‘Uncomfortable Truths’, by Jonathan Clark

‘Uncomfortable Truths’

Jonathan Clark

Friday 15th September 2017: The intolerance of unwelcome views in universities is not confined to ‘generation snowflake’, says Jonathan Clark*. Although the mass of people change only slowly, small groups of activists exploit every opportunity to secure their ends:

 

The Vice Chancellor of Oxford University recently hit the headlines for responding to a student complaint that a professor had criticised homosexuality by saying ‘My job isn’t to make you feel comfortable.’

What is surprising about such a pronouncement is that it had to be made at all. In such awkward moments, and they are increasingly common, university leaders seldom or never say: ‘my university, as a university, has no views; it merely provides a safe arena in which research, and discussion of controversial matters, can take place so that the truth can emerge’.

Why do they not say this? Because those leaders seldom believe it. They are more commonly activists who wish to use their institutions as fulcrums with which to move the world in directions of which they approve. Can it really be said that even Oxford University has clean hands? That speech has always been free there? That the University has been neutral, impartial, and welcoming to academics of all views? That every argument is equally safe within its walls? That no present-day dissenters have been squeezed out? People who know how the place actually works appreciate that university business is too often politics continued by other means.

Universities in the UK and the US regularly yield horror stories of the coercive use of authority or even of force, by students and by administrators, to exclude unwelcome views. This should remind us that the US and the UK are much less tolerant than their public myths present them as being. In the US, ‘gathered churches’ (that is, churches that people deliberately joined by subscription to a founding document) were important from the colonies’ earliest days; this clothed intolerance in righteousness to a greater extent than in England (only Scotland comes close, as SNP rhetoric in the House of Commons shows), but even England shares with the US the same characteristics in different degrees. In the American university where I currently teach, I well know that I would be run out of town if I said any of half a dozen things; and so I have no intention of listing them in print.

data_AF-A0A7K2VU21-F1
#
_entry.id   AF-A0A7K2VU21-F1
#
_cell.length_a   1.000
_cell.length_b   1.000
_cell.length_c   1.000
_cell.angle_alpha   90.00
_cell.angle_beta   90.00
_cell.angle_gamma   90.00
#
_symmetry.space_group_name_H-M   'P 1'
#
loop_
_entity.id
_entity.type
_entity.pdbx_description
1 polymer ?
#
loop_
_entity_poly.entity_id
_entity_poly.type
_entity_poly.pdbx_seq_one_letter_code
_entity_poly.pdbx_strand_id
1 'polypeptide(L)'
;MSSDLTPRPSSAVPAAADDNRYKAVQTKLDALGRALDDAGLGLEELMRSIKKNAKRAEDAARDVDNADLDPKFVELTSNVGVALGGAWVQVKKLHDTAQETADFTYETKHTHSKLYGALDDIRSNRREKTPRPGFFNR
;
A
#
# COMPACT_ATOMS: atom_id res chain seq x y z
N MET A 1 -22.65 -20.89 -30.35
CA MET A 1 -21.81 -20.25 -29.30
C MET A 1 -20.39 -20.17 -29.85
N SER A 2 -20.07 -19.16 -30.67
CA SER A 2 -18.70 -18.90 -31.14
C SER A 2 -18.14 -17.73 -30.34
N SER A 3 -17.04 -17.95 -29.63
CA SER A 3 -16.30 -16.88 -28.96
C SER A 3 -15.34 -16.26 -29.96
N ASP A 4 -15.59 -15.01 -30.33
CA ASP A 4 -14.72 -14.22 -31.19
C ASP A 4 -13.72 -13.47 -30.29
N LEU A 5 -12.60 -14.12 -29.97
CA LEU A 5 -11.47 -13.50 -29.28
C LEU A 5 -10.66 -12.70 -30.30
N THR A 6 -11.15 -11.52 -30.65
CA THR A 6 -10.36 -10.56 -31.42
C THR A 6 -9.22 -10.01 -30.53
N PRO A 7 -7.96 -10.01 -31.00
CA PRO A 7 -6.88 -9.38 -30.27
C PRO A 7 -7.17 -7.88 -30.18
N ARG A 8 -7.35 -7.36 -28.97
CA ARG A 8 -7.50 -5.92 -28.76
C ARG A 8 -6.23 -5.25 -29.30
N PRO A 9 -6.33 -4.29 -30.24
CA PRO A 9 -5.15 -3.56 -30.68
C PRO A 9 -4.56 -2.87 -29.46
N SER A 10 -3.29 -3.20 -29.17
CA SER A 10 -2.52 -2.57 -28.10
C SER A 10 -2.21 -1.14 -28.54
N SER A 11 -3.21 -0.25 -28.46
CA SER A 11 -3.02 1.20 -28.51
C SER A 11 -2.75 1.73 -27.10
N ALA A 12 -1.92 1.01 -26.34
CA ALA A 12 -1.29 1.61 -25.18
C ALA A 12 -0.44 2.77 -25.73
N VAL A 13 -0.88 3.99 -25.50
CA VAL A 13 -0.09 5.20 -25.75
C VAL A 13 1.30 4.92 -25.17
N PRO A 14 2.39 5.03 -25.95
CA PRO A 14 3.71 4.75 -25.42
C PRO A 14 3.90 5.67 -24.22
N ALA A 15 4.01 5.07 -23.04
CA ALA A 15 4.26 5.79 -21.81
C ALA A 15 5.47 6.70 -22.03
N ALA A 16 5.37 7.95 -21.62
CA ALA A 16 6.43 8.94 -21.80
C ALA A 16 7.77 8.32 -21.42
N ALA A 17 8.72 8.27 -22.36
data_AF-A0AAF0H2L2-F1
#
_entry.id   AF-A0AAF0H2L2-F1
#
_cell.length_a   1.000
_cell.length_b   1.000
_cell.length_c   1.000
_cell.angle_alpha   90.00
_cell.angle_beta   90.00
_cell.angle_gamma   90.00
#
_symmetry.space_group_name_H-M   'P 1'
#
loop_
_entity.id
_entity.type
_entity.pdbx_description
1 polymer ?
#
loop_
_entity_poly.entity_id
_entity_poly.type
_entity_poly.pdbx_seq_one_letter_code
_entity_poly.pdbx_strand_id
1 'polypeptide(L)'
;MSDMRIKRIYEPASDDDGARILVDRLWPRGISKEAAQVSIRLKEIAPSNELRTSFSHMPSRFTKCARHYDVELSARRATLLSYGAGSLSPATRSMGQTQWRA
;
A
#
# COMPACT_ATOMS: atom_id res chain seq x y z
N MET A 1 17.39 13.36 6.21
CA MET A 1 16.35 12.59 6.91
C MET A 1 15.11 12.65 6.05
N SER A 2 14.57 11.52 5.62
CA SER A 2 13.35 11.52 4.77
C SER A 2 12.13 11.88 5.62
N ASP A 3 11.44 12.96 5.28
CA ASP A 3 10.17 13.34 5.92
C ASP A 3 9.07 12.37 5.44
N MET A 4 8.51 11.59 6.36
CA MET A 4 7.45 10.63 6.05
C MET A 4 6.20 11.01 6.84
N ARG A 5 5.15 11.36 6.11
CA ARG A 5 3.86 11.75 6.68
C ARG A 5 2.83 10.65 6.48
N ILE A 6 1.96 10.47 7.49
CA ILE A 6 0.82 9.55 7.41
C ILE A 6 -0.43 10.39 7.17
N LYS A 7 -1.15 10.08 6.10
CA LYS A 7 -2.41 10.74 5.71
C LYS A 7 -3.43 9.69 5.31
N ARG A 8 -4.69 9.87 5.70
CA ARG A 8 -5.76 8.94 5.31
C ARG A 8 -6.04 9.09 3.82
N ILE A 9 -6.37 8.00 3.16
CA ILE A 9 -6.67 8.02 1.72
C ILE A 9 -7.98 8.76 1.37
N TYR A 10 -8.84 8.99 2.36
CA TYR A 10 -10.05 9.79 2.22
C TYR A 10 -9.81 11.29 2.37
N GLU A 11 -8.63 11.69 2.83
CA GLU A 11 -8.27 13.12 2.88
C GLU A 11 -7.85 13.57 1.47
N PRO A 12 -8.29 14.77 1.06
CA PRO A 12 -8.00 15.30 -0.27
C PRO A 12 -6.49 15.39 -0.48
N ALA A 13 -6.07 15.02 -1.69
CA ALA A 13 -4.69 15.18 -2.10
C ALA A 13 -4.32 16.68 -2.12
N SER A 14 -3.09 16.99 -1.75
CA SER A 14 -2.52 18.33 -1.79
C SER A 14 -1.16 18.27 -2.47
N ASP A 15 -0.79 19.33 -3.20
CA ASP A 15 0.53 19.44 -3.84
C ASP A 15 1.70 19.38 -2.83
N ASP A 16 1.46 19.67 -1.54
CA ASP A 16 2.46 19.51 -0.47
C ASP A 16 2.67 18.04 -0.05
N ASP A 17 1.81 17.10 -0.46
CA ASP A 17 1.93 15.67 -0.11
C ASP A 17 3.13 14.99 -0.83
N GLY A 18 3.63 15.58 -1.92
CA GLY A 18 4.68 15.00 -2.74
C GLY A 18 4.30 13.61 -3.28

Who is to blame? It is traditional for the commentariat to blame the young, inventing ‘generations’ supposed to share certain characteristics: in this case, ‘Generation Snowflake’, so tender in their sensibilities that they cannot cope with the emotional upset of encountering different opinions. This makes for enjoyable journalism, but would hardly stand up to research. Far more likely that the mass of people change only slowly and incrementally (even Ringo Starr now emerges as a patriotic Englishman supporting Brexit). It is the small groups of activists who change rapidly, or, rather, who exploit new opportunities to secure their ends.

Opportunities do change. One of the great changes of recent decades has been the explosion of natural rights language, to the point where it is widely assumed that all politically correct people since Thomas Paine really spoke it. But academic research paints a different picture. A Harvard professor, Samuel Moyn, has argued that the proliferation of this new idiom is only as old as the 1970s. Another academic, Stefan-Ludwig Hoffmann, has gone further: it really took off, he claims, in the 1990s.

Once the proliferation started, it was open to activists to further their causes by devising ever more rights, as claims were dressed up in natural rights language. As with all such self-evident truths, dissent is made to seem a position not merely morally wrong, but untenable, as if one were to argue that the sun orbits the earth. The new right not to be offended is unlikely to be the last invention.

But this only shows that teenagers en masse are easily led. Instead of lumping them together as a ‘generation’, we might better ask some answerable questions: which figures in authority sanction such intolerant attitudes and promote them? When and why did they begin to do so? How did they manage to capture so many of the commanding heights in the university world? What use have they made of their power? As always, only historical analysis can pull the rug from under collective illusion.

*Jonathan Clark is Hall Distinguished Professor of British History, University of Kansas and co-author of Politeia’s Triggering Article 50, Courts, Government and Parliament.

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